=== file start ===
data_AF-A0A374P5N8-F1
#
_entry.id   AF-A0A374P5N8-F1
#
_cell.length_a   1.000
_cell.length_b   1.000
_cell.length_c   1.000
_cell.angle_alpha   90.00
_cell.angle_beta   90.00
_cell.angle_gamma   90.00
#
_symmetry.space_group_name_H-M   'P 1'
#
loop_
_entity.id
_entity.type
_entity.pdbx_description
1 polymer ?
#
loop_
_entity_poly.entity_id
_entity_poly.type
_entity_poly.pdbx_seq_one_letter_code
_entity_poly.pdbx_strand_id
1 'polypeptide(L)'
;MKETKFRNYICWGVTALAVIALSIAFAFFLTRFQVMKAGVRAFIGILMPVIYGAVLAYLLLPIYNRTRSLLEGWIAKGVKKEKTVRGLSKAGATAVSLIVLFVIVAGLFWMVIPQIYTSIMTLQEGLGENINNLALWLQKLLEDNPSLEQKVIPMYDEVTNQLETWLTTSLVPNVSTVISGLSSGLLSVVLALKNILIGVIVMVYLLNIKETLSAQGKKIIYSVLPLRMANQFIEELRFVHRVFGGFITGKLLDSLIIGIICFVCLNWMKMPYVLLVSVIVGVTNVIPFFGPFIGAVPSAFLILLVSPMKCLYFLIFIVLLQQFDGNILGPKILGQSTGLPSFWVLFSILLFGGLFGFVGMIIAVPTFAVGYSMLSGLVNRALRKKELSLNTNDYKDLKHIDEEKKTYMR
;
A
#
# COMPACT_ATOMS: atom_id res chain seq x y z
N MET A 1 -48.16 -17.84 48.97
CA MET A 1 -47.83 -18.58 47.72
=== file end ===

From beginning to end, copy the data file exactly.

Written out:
data_AF-A0A374P5N8-F1
#
_entry.id   AF-A0A374P5N8-F1
#
_cell.length_a   1.000
_cell.length_b   1.000
_cell.length_c   1.000
_cell.angle_alpha   90.00
_cell.angle_beta   90.00
_cell.angle_gamma   90.00
#
_symmetry.space_group_name_H-M   'P 1'
#
loop_
_entity.id
_entity.type
_entity.pdbx_description
1 polymer ?
#
loop_
_entity_poly.entity_id
_entity_poly.type
_entity_poly.pdbx_seq_one_letter_code
_entity_poly.pdbx_strand_id
1 'polypeptide(L)'
;MKETKFRNYICWGVTALAVIALSIAFAFFLTRFQVMKAGVRAFIGILMPVIYGAVLAYLLLPIYNRTRSLLEGWIAKGVKKEKTVRGLSKAGATAVSLIVLFVIVAGLFWMVIPQIYTSIMTLQEGLGENINNLALWLQKLLEDNPSLEQKVIPMYDEVTNQLETWLTTSLVPNVSTVISGLSSGLLSVVLALKNILIGVIVMVYLLNIKETLSAQGKKIIYSVLPLRMANQFIEELRFVHRVFGGFITGKLLDSLIIGIICFVCLNWMKMPYVLLVSVIVGVTNVIPFFGPFIGAVPSAFLILLVSPMKCLYFLIFIVLLQQFDGNILGPKILGQSTGLPSFWVLFSILLFGGLFGFVGMIIAVPTFAVGYSMLSGLVNRALRKKELSLNTNDYKDLKHIDEEKKTYMR
;
A
#
# COMPACT_ATOMS: atom_id res chain seq x y z
N MET A 1 -48.16 -17.84 48.97
CA MET A 1 -47.83 -18.58 47.72